Senate President Vicente Sotto III got flak Friday for his remarks about copping a feel—an idiom for touching someone in a sexual way without someone’s permission—during an interpellation in the chamber two days earlier on the proposed bill on Safe Spaces.
Netizens rapped Sotto III, who turns 70 on Aug. 24, in regard to his remarks during interpellation about touching or doing—in the Tagalog lingo “hipo”—while Senate Bill 1326 or the Safe Spaces bill was being discussed.
During the debate on the bill on Aug. 1, Sotto asked the bill’s sponsor, Senator Risa Hontiveros, on whether the provision on gender-based street and public harassment under SB 1326 was similar to the anti-discrimination provisions of the Sexual Orientation and Gender Identity or Expression (SOGIE) bill.
GMA News quoted Hontiveros as saying the proposed Safe Streets Act zeroed in on “unwanted comments, gestures, and actions forced on a person in a public space without their consent and is directed at them because of their actual or perceived sex, gender, gender expression, or sexual orientation and identity.”
Only a day earlier, Sotto asked his online critics not to be judgmental and branded as “fake news” unpublished online articles linking him to the alleged rape and death of ‘80s star Pepsi Paloma.
By Friday, Sotto was facing verbal gunfire from two directions: the first, over his “hipo” or stroke comment during an interpellation in the Senate on the Safe Spaces measure; the other online articles linking him to Paloma.
The SOGIE Equality Bill or the Anti-Discrimination Bill prohibits “discrimination on the basis of” SOGIE in terms of access to public service, including military service; employment, education, accreditation, medical service, or imposition of harsher sanctions.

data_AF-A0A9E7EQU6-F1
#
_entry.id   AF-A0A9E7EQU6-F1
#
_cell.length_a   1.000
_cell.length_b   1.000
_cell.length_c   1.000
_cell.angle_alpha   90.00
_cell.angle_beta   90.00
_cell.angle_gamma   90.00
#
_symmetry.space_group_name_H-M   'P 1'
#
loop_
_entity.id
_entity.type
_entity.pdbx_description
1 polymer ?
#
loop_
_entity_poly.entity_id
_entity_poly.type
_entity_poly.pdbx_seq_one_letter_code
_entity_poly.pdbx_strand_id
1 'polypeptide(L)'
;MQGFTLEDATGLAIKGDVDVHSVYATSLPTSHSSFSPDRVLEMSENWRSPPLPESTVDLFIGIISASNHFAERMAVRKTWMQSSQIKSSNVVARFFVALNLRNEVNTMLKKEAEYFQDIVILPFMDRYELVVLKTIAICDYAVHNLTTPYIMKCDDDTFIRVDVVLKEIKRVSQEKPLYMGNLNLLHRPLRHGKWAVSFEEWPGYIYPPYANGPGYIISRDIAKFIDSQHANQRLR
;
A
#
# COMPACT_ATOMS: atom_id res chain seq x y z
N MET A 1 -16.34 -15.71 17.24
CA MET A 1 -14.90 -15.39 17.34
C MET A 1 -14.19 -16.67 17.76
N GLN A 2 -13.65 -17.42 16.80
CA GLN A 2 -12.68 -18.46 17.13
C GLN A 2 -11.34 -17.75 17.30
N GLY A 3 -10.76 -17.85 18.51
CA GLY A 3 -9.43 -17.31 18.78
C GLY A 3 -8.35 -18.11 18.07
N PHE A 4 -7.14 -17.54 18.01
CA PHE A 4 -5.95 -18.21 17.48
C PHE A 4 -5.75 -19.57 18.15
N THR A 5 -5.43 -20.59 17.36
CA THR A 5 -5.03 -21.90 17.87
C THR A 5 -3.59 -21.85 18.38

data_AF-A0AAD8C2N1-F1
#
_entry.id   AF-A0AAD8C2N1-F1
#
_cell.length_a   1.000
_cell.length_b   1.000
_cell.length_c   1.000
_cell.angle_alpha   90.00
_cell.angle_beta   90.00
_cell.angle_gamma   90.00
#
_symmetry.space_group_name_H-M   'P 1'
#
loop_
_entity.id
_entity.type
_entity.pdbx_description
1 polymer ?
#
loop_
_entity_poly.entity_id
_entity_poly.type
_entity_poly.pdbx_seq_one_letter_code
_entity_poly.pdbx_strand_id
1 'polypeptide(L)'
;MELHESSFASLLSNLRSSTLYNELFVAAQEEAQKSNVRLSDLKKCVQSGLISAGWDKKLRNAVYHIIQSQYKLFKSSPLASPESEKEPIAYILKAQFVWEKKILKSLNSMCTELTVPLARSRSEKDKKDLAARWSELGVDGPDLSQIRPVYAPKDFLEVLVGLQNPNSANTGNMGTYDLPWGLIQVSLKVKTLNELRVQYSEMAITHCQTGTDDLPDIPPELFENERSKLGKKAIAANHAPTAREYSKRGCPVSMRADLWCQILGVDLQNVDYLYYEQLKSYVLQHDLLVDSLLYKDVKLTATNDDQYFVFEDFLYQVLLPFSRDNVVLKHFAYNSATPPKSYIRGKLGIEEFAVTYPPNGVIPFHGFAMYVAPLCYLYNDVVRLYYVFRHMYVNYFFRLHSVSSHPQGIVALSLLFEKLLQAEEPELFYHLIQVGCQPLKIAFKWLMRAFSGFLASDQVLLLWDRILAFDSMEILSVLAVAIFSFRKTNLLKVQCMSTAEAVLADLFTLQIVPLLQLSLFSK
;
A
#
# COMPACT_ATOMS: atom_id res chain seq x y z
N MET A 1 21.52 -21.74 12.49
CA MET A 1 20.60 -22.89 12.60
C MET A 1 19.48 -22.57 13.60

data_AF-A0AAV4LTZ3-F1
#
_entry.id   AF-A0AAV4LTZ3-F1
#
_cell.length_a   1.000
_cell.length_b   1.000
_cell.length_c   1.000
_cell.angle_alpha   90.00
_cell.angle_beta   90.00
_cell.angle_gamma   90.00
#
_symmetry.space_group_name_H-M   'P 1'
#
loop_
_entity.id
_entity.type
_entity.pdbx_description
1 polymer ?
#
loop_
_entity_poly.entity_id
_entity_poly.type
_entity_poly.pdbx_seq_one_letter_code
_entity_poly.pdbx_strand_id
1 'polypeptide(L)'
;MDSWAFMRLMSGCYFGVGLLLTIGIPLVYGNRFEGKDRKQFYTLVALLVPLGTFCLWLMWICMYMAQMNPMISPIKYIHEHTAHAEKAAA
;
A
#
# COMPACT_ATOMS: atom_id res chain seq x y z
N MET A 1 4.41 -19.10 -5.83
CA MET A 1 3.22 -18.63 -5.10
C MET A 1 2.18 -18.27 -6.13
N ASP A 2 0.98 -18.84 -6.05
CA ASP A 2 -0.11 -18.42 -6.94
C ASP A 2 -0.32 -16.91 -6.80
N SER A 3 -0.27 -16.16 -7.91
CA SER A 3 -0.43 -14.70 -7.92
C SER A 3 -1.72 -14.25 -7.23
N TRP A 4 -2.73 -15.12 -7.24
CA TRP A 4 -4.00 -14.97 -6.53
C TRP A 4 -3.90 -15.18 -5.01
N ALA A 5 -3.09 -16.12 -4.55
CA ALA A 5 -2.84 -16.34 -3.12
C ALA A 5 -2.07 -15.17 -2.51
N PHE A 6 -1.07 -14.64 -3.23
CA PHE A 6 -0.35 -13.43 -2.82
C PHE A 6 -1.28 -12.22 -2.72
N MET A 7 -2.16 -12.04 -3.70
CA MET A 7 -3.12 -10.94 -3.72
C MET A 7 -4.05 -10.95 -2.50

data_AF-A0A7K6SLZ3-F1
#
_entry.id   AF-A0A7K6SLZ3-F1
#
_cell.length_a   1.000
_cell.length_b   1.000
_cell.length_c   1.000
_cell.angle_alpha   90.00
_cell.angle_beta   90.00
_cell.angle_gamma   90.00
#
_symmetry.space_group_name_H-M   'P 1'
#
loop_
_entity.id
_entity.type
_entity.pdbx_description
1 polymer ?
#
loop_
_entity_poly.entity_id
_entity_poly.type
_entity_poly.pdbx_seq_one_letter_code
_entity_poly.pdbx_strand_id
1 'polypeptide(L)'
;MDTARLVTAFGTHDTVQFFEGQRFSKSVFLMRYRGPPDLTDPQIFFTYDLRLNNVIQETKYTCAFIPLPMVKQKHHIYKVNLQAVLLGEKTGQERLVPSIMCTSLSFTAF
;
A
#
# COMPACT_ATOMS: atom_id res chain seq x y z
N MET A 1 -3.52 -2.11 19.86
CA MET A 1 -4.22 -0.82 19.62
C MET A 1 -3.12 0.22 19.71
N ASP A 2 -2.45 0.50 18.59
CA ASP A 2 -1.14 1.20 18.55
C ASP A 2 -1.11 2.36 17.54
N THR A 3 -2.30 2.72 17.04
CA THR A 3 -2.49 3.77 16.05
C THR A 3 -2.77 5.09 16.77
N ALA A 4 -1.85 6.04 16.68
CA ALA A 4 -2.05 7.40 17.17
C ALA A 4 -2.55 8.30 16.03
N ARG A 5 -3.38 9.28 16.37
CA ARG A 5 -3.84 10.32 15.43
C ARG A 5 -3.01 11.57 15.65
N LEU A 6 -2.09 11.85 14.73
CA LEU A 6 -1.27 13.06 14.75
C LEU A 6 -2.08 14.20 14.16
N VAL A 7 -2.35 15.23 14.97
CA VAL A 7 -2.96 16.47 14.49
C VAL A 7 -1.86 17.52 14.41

Sotto then asked if the act of harassment in public spaces or streets in the bill was being “limited” by the qualifier “gender based,” and what acts would be considered as harassment, according to GMA News.
“Are we not limiting the act of harassment when it’s committed on streets and public spaces by including the qualifier, gender based?” Sotto said.
GMA News quoted Sotto as saying later in a mix of Tagalog and English, “For example, ‘yung sinabi ko na binibiro lang, hinipuan na ganun, will they be liable? You (Hontiveros) said yes, the answer I think is no.”
Hontiveros answered that gender would not limit whoever might file a complaint under the Safe Spaces Act, adding the hypothetical victim in Sotto’s example might file harassment charges against the person who touched him if he felt offended.
Sotto’s responses earned criticism from social media users, with some pointing out that molestation was a crime, with others sharing their experiences with public harassment.
On the Paloma case, Sotto told Tina Monson-Palma in an interview aired Thursday on ANC: “To me, these are disinformation. Once people know what is true, they’ll see it’s not. I have decided to brush them aside and not pay attention to this type of disinformation, ‘yan mga ‘original fake news.’”